Gov. Andrew Cuomo is violating the Constitution by refusing to call a special election to fill the House seat left vacant by tax-cheating Rep. Michael Grimm, a lawsuit alleges.
A Staten Island lawyer is suing the governor for dragging his feet in setting a date to elect a new representative for New York’s 11th Congressional District, saying that Cuomo should have issued a Proclamation of Election as soon as Grimm resigned on Jan. 5.
Instead, Cuomo is playing politics and disenfranchising voters in Bay Ridge and the Rock, the attorney said.
“It’s not the most difficult — or involving a very cerebral set of decision-making processes — thing to do,” said lawyer Ronald Castorina, who is representing eight plaintiffs in the district pro bono. “You have a constitutional mandate and are 42 days delinquent in your mandate, your duty, your obligation.”
The governor is dragging his feet on the election in order to put the Democratic Party on a better footing, said Castorina, a Republican who has served as a Staten Island GOP Board of Elections commissioner. Castorina insisted that his lawsuit is not politically motivated.
Democrats initially floated Assemblyman Bill Colton (D–Bensonhurst) and Councilman Vincent Gentile (D–Bay Ridge) as contenders against Republican-nominated Staten Island District Attorney Daniel Donovan. Castorina believes Democrats see both Colton and Gentile as weak contenders, and delaying the election would give the party time to find a better nominee.
A spokeswoman from the governor’s office acknowledged the suit, but would not comment on the notion that the governor is playing politics.
“The governor’s office will review the suit and we are fully aware of our obligations under the law,” spokeswoman Dani Lever said.
The governor has more leeway when to hold special elections for the state legislature, but when it comes to filling federal vacancies, he has to act immediately, according to Castorina.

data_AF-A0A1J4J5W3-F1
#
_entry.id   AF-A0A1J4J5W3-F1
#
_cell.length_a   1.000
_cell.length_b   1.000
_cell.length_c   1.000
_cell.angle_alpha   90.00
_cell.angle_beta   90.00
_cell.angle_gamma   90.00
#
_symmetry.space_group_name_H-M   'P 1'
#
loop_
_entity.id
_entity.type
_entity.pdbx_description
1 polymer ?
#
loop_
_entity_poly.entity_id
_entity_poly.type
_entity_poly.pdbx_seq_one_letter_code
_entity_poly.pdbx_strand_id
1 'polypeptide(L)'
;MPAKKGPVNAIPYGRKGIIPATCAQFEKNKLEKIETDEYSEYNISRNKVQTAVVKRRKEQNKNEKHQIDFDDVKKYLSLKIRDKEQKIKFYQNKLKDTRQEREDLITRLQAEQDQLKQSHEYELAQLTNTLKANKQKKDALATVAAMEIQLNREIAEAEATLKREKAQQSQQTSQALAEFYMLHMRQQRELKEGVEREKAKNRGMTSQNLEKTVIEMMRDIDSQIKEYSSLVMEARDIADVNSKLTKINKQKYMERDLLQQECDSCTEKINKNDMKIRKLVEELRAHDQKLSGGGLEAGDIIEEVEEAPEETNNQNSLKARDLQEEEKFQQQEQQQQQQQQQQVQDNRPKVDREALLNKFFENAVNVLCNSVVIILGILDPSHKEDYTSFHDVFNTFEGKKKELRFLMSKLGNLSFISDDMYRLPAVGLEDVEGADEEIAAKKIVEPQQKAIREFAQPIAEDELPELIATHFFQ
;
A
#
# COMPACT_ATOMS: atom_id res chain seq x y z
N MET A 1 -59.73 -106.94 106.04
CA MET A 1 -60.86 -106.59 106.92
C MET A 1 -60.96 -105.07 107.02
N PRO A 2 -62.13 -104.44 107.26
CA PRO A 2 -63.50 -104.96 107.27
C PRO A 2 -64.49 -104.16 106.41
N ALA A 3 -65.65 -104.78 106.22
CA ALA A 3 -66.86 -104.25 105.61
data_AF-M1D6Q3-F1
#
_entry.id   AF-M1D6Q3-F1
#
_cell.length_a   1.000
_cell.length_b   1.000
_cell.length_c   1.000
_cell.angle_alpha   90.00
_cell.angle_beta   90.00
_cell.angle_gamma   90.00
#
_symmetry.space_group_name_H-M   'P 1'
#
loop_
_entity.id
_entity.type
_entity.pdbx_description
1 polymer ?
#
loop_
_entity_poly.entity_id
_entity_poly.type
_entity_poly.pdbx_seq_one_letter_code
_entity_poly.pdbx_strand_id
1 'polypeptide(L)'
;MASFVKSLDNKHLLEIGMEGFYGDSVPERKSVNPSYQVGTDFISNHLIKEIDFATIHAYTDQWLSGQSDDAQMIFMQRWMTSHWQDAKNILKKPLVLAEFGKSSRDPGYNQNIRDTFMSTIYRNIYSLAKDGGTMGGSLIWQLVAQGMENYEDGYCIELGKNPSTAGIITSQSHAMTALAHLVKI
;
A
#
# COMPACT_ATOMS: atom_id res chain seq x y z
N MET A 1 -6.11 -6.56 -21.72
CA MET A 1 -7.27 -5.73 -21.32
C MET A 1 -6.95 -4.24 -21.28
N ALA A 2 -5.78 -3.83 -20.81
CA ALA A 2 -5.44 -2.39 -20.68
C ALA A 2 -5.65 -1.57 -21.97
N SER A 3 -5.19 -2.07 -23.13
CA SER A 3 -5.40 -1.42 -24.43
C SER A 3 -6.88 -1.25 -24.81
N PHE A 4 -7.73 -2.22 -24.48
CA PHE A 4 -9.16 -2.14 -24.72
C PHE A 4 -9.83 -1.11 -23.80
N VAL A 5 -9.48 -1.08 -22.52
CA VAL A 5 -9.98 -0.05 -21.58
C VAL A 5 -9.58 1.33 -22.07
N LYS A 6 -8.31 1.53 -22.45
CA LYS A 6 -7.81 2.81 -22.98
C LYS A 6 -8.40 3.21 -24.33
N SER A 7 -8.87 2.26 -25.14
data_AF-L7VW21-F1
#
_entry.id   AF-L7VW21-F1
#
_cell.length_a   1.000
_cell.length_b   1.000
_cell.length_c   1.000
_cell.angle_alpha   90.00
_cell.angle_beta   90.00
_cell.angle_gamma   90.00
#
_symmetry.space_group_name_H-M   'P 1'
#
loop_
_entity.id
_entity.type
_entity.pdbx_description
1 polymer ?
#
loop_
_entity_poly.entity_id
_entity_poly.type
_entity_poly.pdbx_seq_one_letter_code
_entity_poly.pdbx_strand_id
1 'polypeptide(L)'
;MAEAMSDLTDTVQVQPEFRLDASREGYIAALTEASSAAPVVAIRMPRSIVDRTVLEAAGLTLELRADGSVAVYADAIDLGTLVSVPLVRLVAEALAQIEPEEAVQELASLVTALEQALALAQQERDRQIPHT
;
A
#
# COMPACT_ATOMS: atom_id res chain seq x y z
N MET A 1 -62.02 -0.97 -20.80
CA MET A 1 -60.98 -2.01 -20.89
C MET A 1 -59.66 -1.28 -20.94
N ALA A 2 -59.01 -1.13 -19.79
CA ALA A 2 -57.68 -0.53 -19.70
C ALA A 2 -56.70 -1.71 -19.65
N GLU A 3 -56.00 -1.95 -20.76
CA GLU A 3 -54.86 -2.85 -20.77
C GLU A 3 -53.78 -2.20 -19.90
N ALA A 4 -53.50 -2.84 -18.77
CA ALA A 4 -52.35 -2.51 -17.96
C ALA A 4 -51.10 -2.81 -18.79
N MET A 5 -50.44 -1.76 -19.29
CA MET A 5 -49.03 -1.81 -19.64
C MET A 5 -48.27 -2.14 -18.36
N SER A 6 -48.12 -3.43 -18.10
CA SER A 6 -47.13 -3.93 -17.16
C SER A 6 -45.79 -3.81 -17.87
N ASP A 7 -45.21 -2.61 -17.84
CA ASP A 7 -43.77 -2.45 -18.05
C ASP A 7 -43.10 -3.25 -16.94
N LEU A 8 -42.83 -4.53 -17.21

“Circuit courts have maintained and clarified the law to indicate that the mandate for the governor to call the election is upon vacancy — that’s the triggering event,” he said.
Grimm resigned the seat days after pleading guilty to tax fraud he committed while running a restaurant he owned before taking office.
Grimm could face up to three years in prison. The tax fraud charge was part of a larger, 20-count indictment that also alleged he hired undocumented workers and perjured himself. Along with his guilty plea on one count, Grimm acknowledged that federal prosecutors had enough evidence to prove that he hid $900,000 that came into the eatery, Healthalicious, and used the cash to pay employees under the table from 2007 to 2009, then lied about it during a 2013 deposition in a civil suit.
A delay could also put Donovan in a bind — if Cuomo holds the vote during the general election in November, Donovan will have to choose between running for Congress or sailing to reelection as district attorney, Castorina said.
The empty seat leaves would-be military academy cadets in the lurch, as military academies such as West Point require prospective students obtain a nomination from their congressional representative or senator. Typically, students begin the process of obtaining a nomination in the spring of their junior year in high school. It also leaves 750,000 people in Brooklyn and Staten Island without representation in Washington.
“People have sons or daughters who wants to go to military academy, and it’s budget season — a lot is happening in Washington,” he said. “We’re left to wait with bated breath as to whether or not [Cuomo is] going to call it.”